- The sum insured will need to cover the reinstatement value (the total cost to rebuild your home) as recommended by the surveyor who values your property. The sum required is listed in your offer document.
- Your insurance is required to cover loss or damage by fire and all normal risks that are associated with a standard residential property.
- The policy will need to be on an index-linked basis to ensure the level of cover is maintained throughout the duration of your lifetime mortgage.
- The lender will require that their interest is registered on the insurance policy document before completion.
- You are required to sign a House Buildings Insurance Declaration with your solicitors before your equity release can complete. This confirms that you will have insurance in place for the duration of the equity release.
You will not have to take out home insurance with your equity release lender. As long as your home insurance meets with the lender's requirements detailed above, you will be able to choose which company provides your home insurance.
Similarly, you will not have to take out your buildings insurance with your equity release advisor.
Let's look at example insurance requirements for a Pure Retirement Lifetime Mortgage which I recommended:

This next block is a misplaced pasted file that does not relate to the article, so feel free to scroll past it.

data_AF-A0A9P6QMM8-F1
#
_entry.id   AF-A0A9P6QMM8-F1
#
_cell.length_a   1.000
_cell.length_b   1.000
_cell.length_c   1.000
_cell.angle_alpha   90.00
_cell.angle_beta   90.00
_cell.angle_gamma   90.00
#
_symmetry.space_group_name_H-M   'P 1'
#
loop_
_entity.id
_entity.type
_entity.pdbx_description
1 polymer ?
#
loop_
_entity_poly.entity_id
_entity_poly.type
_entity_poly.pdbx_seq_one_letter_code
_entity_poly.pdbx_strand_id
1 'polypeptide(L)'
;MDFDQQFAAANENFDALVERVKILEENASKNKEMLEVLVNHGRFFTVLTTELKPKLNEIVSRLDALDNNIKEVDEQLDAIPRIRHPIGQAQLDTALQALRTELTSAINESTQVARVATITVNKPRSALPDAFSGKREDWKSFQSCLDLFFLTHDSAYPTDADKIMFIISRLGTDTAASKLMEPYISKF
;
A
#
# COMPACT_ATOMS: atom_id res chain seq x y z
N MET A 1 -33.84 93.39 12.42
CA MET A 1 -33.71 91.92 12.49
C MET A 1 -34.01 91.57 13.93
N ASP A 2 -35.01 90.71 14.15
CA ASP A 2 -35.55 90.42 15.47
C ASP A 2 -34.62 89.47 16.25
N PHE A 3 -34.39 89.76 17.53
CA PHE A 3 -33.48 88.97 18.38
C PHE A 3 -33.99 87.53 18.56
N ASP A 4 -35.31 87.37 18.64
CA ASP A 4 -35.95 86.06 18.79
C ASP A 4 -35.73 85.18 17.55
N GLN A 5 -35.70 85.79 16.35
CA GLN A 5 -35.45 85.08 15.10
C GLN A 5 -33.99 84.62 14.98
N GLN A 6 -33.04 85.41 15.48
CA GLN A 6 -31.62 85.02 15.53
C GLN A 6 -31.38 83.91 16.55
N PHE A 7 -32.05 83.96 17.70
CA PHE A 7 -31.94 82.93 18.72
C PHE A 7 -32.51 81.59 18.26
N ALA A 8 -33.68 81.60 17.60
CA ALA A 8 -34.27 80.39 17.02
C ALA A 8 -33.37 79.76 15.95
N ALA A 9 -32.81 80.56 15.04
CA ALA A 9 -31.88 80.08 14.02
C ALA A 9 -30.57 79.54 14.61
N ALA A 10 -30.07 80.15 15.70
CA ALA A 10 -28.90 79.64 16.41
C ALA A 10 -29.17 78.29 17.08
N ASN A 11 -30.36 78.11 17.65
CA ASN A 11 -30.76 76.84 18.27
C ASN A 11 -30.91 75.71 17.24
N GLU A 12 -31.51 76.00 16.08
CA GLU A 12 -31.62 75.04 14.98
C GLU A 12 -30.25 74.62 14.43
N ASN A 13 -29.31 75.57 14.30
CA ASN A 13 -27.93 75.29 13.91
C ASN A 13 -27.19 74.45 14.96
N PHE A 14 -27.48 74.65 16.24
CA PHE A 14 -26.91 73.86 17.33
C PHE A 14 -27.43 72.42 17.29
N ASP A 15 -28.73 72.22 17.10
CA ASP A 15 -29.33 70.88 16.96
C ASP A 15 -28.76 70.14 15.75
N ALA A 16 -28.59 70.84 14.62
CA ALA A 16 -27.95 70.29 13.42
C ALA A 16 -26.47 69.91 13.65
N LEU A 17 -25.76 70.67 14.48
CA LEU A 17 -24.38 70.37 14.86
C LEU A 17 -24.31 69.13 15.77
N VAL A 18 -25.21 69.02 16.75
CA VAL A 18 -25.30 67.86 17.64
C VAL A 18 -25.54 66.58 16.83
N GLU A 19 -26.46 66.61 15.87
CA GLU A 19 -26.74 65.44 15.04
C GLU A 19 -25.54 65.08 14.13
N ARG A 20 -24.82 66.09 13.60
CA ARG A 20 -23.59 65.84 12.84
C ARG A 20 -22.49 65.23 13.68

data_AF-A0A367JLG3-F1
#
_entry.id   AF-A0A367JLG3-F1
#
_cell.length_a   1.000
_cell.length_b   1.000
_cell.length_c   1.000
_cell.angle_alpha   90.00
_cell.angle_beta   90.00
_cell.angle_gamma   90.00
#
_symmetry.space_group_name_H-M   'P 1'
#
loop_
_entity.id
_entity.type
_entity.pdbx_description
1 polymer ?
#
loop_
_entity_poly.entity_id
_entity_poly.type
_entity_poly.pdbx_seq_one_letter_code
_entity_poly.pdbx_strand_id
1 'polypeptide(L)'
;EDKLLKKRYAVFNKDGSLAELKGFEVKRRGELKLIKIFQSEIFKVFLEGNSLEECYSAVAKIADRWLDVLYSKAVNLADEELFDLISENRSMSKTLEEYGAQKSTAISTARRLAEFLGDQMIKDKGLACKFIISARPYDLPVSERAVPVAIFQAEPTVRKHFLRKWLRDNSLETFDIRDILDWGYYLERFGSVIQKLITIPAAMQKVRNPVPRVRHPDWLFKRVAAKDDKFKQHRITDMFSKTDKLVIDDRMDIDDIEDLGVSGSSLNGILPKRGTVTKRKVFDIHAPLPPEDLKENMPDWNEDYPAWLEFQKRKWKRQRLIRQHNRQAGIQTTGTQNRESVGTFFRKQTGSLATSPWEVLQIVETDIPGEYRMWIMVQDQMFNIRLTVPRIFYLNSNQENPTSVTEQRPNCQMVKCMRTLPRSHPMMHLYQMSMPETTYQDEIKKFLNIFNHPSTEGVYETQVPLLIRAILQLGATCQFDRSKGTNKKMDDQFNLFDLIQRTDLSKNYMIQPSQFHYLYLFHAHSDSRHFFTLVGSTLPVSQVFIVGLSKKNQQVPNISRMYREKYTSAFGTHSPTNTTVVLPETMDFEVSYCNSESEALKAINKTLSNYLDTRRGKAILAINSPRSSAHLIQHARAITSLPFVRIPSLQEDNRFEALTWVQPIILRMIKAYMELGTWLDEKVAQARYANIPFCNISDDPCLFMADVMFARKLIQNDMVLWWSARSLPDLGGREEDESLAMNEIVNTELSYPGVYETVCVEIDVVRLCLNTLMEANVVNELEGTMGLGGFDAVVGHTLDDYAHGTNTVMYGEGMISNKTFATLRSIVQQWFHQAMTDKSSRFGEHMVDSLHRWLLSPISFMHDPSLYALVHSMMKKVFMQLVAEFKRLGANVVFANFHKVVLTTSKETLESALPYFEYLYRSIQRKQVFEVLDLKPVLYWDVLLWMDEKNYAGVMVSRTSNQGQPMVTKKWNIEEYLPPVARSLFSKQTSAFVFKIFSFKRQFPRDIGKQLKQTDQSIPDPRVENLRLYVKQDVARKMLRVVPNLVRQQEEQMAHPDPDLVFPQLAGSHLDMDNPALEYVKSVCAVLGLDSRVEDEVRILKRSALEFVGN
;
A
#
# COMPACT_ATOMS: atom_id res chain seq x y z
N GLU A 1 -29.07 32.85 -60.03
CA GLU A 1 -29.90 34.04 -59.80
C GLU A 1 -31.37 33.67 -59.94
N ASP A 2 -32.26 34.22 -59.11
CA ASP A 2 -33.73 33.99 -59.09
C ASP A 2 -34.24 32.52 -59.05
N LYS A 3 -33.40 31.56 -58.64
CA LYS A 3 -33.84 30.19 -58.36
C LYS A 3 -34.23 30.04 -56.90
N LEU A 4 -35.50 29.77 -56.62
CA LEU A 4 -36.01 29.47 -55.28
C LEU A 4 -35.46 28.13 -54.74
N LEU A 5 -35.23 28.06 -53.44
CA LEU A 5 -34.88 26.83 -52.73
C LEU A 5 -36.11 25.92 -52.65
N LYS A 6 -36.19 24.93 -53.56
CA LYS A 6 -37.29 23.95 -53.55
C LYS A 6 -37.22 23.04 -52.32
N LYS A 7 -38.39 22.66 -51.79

Insurance you must take out through Pure Retirement Limited or Money Release Limited.
Insurance you must take out as a condition of this Lifetime Mortgage but that you do not have to take out through Pure Retirement Limited or Money Release Limited.
We require you to have buildings insurance. We require evidence that this insurance is in place prior to completion and we may request evidence of this remaining in place on an annual basis. The amount of cover required should be at least that of the estimated rebuild cost and this should be index linked (meaning that the amount of cover increases in line with inflation each year).
Have a lifetime mortgage will not result in a direct increase to your home insurance premium or add any risk to your property or home insurance lender.
However, if the level of home insurance you hold isn't enough to cover the value of your home, then you may be asked to increase the level of cover you have. This may, in turn, cause a slight increase to your monthly/annual home insurance premium.